The top 20 percent of restaurants, which are close to fully staffed, averaged a nearly 6 percent increase in same-store sales in the fourth quarter. In comparison, the bottom 20 percent, which have the worst labor situations, saw comps decline by almost 7 percent.
The gap is alarming, but for Allison, it’s proof that staffing is the main source of sliding sales and that it's not an indictment on brand strength.
The unit economics are still formidable; U.S. Domino’s units earned $1.3 million in sales on average last year, and more than $170,000 in store-level EBITDA. Also, domestic same-store sales for 2021 rose 3.5 percent (14.7 percent on a two-year basis), marking the 13th straight year of positive growth.
“We believe that the sales we saw in Q4 2021 and have seen so far in 2022 for the U.S. business are not indicative of the demand our great brand is capable of generating,” Allison said. “That demand gives us confidence about our ability to drive long-term growth once we adequately address these labor constraints.”
Domino’s is taking several steps to address staffing issues, including a new applicant tracking system that makes it easier for candidates to apply and the elimination of time-consuming tasks, like pre-folding boxes. More than two-thirds of the system is no longer pre-folding boxes, which saves an estimated 30–40 hours of labor per store per week. The end goal is to keep drivers in their car longer, which means more tips and higher wages.
At corporate stores last year, the brand rolled out raises in compensation and benefits totaling more than $6 million above required minimum wage increases. In 2022, Domino’s plans to commit an incremental $8 million.
“Over the course of February, we've certainly seen some stabilization,” Allison said. “We've seen some improvement in applications. And we've seen some improvement in our delivery times and ability to serve our customers.”
The current macroeconomic environment meaningfully affected development, as well. The U.S. opened a net of 89 and 205 restaurants in Q4 and 2021, respectively, which was softer than what Domino’s expected. Numerous stores were delayed last year because of slowdowns in permitting, inspections, delivery of equipment, construction, utility hookups, and staffing.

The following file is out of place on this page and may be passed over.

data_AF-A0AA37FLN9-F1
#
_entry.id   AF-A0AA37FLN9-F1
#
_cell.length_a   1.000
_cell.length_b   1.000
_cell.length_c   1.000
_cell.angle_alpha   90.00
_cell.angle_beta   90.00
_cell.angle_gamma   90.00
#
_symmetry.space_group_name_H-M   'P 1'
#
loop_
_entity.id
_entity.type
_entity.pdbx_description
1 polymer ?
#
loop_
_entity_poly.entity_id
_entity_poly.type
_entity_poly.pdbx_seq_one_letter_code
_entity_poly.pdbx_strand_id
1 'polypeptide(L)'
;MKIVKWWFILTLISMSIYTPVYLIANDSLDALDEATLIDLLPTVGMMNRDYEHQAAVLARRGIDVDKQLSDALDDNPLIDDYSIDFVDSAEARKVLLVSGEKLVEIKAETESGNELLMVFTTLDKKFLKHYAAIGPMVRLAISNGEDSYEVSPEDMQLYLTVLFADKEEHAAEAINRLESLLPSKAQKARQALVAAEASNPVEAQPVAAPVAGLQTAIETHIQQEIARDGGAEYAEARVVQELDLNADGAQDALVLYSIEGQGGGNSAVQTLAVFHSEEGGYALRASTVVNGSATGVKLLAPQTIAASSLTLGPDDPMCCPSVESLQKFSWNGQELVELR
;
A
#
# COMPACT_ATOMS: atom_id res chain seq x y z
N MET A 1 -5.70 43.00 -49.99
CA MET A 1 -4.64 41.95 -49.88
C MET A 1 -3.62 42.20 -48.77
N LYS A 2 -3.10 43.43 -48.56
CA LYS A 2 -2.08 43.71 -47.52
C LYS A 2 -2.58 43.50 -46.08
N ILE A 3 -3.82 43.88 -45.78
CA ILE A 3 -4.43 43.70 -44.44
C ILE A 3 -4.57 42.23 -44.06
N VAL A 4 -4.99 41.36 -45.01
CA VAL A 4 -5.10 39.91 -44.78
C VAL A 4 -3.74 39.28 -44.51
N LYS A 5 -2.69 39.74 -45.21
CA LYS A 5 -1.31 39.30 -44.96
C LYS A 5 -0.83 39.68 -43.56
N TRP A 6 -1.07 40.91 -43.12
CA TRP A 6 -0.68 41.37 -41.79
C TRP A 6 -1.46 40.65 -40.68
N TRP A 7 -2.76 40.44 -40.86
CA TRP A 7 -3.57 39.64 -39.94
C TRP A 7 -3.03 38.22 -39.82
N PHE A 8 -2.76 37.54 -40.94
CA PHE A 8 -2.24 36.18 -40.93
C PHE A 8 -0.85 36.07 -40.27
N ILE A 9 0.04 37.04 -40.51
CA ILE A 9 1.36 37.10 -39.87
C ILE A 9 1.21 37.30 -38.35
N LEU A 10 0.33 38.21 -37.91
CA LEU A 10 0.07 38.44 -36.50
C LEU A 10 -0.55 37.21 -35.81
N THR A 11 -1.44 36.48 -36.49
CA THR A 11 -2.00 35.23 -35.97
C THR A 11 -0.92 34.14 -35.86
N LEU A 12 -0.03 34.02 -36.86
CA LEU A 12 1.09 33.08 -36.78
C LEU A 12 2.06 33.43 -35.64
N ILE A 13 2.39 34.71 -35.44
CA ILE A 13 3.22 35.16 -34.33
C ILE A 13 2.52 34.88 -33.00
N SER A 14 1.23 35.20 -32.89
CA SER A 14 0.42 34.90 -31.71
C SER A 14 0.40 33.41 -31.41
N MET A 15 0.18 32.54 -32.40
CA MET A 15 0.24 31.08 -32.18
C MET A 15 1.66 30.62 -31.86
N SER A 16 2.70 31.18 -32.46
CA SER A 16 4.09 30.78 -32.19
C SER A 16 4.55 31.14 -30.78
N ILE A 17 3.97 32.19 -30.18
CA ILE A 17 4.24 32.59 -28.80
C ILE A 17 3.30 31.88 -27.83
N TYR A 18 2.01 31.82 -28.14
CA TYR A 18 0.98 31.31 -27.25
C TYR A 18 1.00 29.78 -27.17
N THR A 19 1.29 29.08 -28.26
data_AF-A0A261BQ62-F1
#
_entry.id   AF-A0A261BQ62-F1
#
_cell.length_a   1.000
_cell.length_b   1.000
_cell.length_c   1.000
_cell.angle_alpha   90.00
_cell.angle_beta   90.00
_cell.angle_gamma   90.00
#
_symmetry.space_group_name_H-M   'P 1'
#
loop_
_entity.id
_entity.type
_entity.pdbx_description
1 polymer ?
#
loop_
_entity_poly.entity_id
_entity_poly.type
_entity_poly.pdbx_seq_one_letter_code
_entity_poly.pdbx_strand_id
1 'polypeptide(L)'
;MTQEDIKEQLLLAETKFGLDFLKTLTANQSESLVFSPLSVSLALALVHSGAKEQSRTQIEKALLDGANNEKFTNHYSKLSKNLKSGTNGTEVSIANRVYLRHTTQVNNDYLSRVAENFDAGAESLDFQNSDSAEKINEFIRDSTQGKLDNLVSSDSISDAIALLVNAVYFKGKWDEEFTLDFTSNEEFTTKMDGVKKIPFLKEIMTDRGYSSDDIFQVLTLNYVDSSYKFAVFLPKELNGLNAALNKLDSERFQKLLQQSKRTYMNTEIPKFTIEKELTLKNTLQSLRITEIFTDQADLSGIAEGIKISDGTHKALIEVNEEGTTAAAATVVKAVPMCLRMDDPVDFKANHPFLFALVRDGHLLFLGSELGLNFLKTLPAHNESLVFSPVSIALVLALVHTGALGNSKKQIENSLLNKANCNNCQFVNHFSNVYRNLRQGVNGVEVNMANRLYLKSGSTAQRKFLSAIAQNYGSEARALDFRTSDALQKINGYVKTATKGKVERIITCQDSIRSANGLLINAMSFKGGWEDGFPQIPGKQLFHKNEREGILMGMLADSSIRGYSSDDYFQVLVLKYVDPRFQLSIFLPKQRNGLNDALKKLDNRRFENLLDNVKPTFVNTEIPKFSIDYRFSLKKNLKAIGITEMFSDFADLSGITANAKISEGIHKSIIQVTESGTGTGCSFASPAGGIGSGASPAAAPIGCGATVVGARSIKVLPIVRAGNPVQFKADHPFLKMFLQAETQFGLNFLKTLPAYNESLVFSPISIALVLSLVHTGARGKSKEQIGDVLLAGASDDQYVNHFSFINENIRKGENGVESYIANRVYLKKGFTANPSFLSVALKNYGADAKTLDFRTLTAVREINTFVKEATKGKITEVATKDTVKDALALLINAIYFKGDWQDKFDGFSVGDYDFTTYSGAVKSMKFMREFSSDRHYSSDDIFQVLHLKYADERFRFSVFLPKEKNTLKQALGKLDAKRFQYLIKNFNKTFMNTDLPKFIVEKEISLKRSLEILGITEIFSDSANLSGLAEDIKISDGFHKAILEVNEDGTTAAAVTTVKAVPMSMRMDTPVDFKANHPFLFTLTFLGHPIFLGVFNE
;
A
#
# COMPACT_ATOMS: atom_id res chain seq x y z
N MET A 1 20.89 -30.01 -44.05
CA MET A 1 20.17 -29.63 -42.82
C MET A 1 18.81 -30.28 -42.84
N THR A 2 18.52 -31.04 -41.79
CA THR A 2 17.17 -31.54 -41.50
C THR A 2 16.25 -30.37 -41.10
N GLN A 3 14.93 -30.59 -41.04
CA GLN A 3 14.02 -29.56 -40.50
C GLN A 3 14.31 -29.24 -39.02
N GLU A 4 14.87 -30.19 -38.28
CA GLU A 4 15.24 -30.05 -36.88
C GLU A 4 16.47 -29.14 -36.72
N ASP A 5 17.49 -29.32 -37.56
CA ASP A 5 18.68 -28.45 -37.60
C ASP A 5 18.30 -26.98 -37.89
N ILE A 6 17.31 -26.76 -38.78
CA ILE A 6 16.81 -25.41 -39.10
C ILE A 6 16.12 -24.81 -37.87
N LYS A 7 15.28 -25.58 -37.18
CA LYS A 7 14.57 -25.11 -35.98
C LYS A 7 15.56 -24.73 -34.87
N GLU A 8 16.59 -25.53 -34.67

Despite those issues, an important milestone was clinched. Domino’s ended 2021 with 6,560 U.S. stores, surpassing Pizza Hut as the biggest pizza chain in terms of unit count. Pizza Hut ended the year with 6,548 stores.
While domestic business is pressured, the international segment continues to soar. Markets outside the U.S. saw same-store sales rise 1.8 percent in Q4, good for the 112th straight quarter of positive growth. On a two-year basis, comps lifted 9.1 percent in the quarter. For 2021, same-store sales increased 8 percent, or 12.4 percent on a two-year stack. International markets opened a net of 379 stores in Q4 and 999 in 2021.
Overall, Domino’s opened a net of 1,204 restaurants last year, which equates to more than three store openings per day on average. The chain ended 2021 with 18,848 units across the world, or growth of 6.8 percent year-over-year. This aligns with Domino’s two to three-year outlook of 6-8 percent annual unit expansion.
“With an estimated remaining potential of over 10,000 new stores in our top 15 international markets alone, we look forward to continuing to work with them to drive long-term global growth for Domino’s,” Allison said.
The chain’s digital channels represented $6.6 billion of U.S. retail sales, an increase of more than 36 percent since 2019. Domino’s also surpassed 29 million active members in its loyalty program, and has almost 70 million enrolled in its database.
The brand earned $17.8 billion in global retail sales in 2021, which is $3.5 billion more than 2019. For perspective, $3.5 billion was the size of the entire U.S. business in 2011.